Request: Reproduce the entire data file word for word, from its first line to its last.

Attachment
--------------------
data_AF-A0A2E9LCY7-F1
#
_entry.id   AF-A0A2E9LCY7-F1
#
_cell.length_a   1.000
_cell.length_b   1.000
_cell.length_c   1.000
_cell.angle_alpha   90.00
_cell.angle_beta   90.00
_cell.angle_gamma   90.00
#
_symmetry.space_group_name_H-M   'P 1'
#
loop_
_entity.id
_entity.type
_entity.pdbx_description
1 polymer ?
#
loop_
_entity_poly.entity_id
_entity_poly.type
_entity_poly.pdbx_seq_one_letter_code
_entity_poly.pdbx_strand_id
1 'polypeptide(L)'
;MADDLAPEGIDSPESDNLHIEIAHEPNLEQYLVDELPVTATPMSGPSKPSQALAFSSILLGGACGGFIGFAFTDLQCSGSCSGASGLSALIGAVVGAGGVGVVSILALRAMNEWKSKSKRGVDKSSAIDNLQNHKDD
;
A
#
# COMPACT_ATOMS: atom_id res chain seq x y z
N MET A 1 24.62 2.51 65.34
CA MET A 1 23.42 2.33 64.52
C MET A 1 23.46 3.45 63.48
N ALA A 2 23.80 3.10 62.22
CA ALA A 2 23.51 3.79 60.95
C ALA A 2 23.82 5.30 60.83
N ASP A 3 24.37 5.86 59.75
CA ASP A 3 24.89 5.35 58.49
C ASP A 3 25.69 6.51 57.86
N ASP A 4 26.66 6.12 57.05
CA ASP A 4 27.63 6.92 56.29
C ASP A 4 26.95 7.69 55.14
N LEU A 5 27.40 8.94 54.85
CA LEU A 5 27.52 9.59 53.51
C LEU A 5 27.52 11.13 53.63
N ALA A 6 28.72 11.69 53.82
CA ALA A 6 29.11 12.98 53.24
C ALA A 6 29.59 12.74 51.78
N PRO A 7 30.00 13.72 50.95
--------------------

data_AF-A0A2E9LCY7-F1
#
_entry.id   AF-A0A2E9LCY7-F1
#
_cell.length_a   1.000
_cell.length_b   1.000
_cell.length_c   1.000
_cell.angle_alpha   90.00
_cell.angle_beta   90.00
_cell.angle_gamma   90.00
#
_symmetry.space_group_name_H-M   'P 1'
#
loop_
_entity.id
_entity.type
_entity.pdbx_description
1 polymer ?
#
loop_
_entity_poly.entity_id
_entity_poly.type
_entity_poly.pdbx_seq_one_letter_code
_entity_poly.pdbx_strand_id
1 'polypeptide(L)'
;MADDLAPEGIDSPESDNLHIEIAHEPNLEQYLVDELPVTATPMSGPSKPSQALAFSSILLGGACGGFIGFAFTDLQCSGSCSGASGLSALIGAVVGAGGVGVVSILALRAMNEWKSKSKRGVDKSSAIDNLQNHKDD
;
A
#
# COMPACT_ATOMS: atom_id res chain seq x y z
N MET A 1 24.62 2.51 65.34
CA MET A 1 23.42 2.33 64.52
C MET A 1 23.46 3.45 63.48
N ALA A 2 23.80 3.10 62.22
CA ALA A 2 23.51 3.79 60.95
C ALA A 2 23.82 5.30 60.83
N ASP A 3 24.37 5.86 59.75
CA ASP A 3 24.89 5.35 58.49
C ASP A 3 25.69 6.51 57.86
N ASP A 4 26.66 6.12 57.05
CA ASP A 4 27.63 6.92 56.29
C ASP A 4 26.95 7.69 55.14
N LEU A 5 27.40 8.94 54.85
CA LEU A 5 27.52 9.59 53.51
C LEU A 5 27.52 11.13 53.63
N ALA A 6 28.72 11.69 53.82
CA ALA A 6 29.11 12.98 53.24
C ALA A 6 29.59 12.74 51.78
N PRO A 7 30.00 13.72 50.95